One thing which I think rather gets lost when people study Shakespeare, is that at the time he was working, he wasn’t expecting his writings to be subjected to kind of analysis which we know today.
At the time, Shaky was a travelling player, along with Burbage and the other members of his troupe, writing plays which he hoped would appeal. Now, sometimes this means that there are bits which don’t sit very comfortably with us, 400 years down the line – the portrayal of Shylock, or the bit in A Midsummer Night’s Dream where Francis Flute goes on about Bottom earning tuppence a day – but this is inevitable if you bear in mind how the plays were written and performed.
He was a populist, trying to ensure his work was enjoyed by as many people as possible. He had no – could not possibly have had any – idea that he’d later be feted as the greatest playwright of all time, and so (unlike modern-day writers) didn’t deliberately load his works with symbolism and leitmotifs in the hope that it would be scrutinised by his audience, as the majority of his plays were written to be performed (which is why learning about Shaky by reading his plays in a classroom is missing the point).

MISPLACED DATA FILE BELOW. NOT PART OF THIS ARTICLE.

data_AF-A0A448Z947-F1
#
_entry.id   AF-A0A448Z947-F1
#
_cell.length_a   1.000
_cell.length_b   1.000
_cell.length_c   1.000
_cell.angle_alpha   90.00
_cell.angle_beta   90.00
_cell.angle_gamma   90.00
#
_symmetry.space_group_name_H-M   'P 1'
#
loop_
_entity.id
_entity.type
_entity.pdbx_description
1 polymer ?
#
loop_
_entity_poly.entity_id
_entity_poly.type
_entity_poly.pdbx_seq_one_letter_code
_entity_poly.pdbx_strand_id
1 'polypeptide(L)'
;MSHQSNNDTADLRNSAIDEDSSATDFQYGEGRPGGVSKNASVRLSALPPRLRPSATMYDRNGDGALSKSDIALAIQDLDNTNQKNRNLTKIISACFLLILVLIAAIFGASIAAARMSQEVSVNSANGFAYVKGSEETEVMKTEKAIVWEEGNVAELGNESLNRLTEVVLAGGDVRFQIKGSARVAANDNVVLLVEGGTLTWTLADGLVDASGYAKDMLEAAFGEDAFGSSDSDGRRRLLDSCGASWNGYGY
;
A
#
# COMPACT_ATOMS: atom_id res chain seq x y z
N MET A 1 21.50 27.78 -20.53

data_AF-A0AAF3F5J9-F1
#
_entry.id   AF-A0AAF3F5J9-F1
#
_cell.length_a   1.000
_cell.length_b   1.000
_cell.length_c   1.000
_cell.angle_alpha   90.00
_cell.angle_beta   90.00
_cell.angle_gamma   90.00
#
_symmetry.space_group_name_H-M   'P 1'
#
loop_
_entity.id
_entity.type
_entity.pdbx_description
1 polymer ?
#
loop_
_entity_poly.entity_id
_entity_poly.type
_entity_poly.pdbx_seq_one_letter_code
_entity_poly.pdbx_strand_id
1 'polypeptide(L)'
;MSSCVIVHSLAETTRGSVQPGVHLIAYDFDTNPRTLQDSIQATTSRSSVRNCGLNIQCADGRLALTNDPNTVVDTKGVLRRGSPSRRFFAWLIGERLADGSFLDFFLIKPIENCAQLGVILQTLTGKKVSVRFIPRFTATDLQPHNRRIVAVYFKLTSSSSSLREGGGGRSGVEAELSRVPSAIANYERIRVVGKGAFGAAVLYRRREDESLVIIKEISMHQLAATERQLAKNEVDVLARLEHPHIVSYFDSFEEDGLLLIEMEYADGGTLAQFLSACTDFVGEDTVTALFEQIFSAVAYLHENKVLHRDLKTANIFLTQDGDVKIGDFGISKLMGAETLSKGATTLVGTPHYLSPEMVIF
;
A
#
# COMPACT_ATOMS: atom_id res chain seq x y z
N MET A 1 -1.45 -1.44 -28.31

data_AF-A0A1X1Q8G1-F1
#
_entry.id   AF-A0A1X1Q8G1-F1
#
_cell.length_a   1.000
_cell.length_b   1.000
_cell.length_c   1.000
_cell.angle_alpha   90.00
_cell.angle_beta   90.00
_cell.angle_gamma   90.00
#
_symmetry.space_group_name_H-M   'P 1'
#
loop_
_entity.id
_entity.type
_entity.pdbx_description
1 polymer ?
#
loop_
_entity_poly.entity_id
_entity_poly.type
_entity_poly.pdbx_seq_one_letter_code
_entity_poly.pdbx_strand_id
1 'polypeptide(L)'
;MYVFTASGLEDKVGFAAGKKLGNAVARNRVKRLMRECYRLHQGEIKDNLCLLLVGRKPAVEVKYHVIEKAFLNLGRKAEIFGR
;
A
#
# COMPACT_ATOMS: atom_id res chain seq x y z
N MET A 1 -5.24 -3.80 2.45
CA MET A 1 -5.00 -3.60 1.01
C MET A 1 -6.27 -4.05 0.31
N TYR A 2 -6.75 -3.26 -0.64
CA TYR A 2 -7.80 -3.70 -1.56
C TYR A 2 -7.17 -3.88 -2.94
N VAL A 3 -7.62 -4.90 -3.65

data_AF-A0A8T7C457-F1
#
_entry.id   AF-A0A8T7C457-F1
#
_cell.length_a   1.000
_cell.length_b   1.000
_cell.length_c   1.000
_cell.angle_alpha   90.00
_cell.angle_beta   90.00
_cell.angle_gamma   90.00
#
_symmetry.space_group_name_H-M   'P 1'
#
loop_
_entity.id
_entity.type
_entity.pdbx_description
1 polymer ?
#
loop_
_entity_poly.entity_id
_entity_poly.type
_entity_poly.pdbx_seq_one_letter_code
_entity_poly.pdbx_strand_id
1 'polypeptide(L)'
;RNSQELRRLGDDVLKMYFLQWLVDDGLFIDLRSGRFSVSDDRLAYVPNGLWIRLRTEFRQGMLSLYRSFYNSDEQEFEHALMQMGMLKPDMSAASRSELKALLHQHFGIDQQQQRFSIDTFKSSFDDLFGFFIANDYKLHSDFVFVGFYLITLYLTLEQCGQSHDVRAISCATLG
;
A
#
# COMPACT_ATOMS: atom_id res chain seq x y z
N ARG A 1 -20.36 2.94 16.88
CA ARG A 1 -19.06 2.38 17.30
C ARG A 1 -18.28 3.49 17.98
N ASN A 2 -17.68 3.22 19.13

And to my mind, this is what makes his work all the more remarkable – when he used the image of gardens, and a poor gardener, in Richard II, he wasn’t doing it in the hope that the analogy with Richard’s bad kingship would be studied by me in a classroom in the 1980s, he was doing it because it served the plot, and it seemed to fit, and said what he wanted to say.
Which is, of course, what creativity, art and expression ultimately boils down to – finding a way to express what you want to express, in a way which you hope other people will relate to. Those artists who create works which are predominantly designed to be picked apart with academic rigour may well enjoy some success within the confines of the world of academia and critical analysis (and I’m particularly thinking of modern art as an example of this), but I think it unlikely that they’ll enjoy the same broad appeal, in as many variations, as the work of Shakespeare has over so many centuries.